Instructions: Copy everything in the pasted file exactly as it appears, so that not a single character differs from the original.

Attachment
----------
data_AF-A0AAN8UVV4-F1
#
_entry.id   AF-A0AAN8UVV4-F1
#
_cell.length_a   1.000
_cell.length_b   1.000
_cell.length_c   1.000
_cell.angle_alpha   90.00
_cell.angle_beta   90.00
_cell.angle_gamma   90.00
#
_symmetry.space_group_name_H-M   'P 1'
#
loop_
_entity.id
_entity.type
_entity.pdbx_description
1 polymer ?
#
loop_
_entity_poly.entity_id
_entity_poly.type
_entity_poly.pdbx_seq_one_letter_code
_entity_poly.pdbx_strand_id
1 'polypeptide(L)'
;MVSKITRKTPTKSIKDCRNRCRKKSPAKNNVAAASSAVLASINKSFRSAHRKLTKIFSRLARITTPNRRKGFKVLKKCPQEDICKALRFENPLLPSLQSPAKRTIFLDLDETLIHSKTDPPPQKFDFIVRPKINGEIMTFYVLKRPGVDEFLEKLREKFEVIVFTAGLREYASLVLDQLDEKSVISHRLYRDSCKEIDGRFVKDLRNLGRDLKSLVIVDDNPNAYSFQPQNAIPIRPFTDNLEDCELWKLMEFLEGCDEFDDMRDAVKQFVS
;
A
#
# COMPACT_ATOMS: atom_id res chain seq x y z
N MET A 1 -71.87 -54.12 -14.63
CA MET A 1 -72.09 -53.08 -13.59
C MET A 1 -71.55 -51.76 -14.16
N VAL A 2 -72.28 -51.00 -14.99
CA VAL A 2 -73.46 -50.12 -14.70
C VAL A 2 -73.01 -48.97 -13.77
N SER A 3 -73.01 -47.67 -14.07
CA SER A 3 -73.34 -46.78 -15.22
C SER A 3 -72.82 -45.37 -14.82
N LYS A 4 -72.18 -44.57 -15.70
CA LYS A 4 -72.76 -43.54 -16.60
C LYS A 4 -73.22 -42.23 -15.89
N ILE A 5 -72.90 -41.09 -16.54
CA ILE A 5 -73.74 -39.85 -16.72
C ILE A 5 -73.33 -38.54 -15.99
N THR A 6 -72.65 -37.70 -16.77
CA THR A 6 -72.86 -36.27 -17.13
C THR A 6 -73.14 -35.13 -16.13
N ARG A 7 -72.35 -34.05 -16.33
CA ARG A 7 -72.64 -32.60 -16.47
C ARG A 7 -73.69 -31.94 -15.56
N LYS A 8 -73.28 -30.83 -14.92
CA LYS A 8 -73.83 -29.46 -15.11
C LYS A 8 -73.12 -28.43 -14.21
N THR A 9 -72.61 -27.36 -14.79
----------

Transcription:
data_AF-A0AAN8UVV4-F1
#
_entry.id   AF-A0AAN8UVV4-F1
#
_cell.length_a   1.000
_cell.length_b   1.000
_cell.length_c   1.000
_cell.angle_alpha   90.00
_cell.angle_beta   90.00
_cell.angle_gamma   90.00
#
_symmetry.space_group_name_H-M   'P 1'
#
loop_
_entity.id
_entity.type
_entity.pdbx_description
1 polymer ?
#
loop_
_entity_poly.entity_id
_entity_poly.type
_entity_poly.pdbx_seq_one_letter_code
_entity_poly.pdbx_strand_id
1 'polypeptide(L)'
;MVSKITRKTPTKSIKDCRNRCRKKSPAKNNVAAASSAVLASINKSFRSAHRKLTKIFSRLARITTPNRRKGFKVLKKCPQEDICKALRFENPLLPSLQSPAKRTIFLDLDETLIHSKTDPPPQKFDFIVRPKINGEIMTFYVLKRPGVDEFLEKLREKFEVIVFTAGLREYASLVLDQLDEKSVISHRLYRDSCKEIDGRFVKDLRNLGRDLKSLVIVDDNPNAYSFQPQNAIPIRPFTDNLEDCELWKLMEFLEGCDEFDDMRDAVKQFVS
;
A
#
# COMPACT_ATOMS: atom_id res chain seq x y z
N MET A 1 -71.87 -54.12 -14.63
CA MET A 1 -72.09 -53.08 -13.59
C MET A 1 -71.55 -51.76 -14.16
N VAL A 2 -72.28 -51.00 -14.99
CA VAL A 2 -73.46 -50.12 -14.70
C VAL A 2 -73.01 -48.97 -13.77
N SER A 3 -73.01 -47.67 -14.07
CA SER A 3 -73.34 -46.78 -15.22
C SER A 3 -72.82 -45.37 -14.82
N LYS A 4 -72.18 -44.57 -15.70
CA LYS A 4 -72.76 -43.54 -16.60
C LYS A 4 -73.22 -42.23 -15.89
N ILE A 5 -72.90 -41.09 -16.54
CA ILE A 5 -73.74 -39.85 -16.72
C ILE A 5 -73.33 -38.54 -15.99
N THR A 6 -72.65 -37.70 -16.77
CA THR A 6 -72.86 -36.27 -17.13
C THR A 6 -73.14 -35.13 -16.13
N ARG A 7 -72.35 -34.05 -16.33
CA ARG A 7 -72.64 -32.60 -16.47
C ARG A 7 -73.69 -31.94 -15.56
N LYS A 8 -73.28 -30.83 -14.92
CA LYS A 8 -73.83 -29.46 -15.11
C LYS A 8 -73.12 -28.43 -14.21
N THR A 9 -72.61 -27.36 -14.79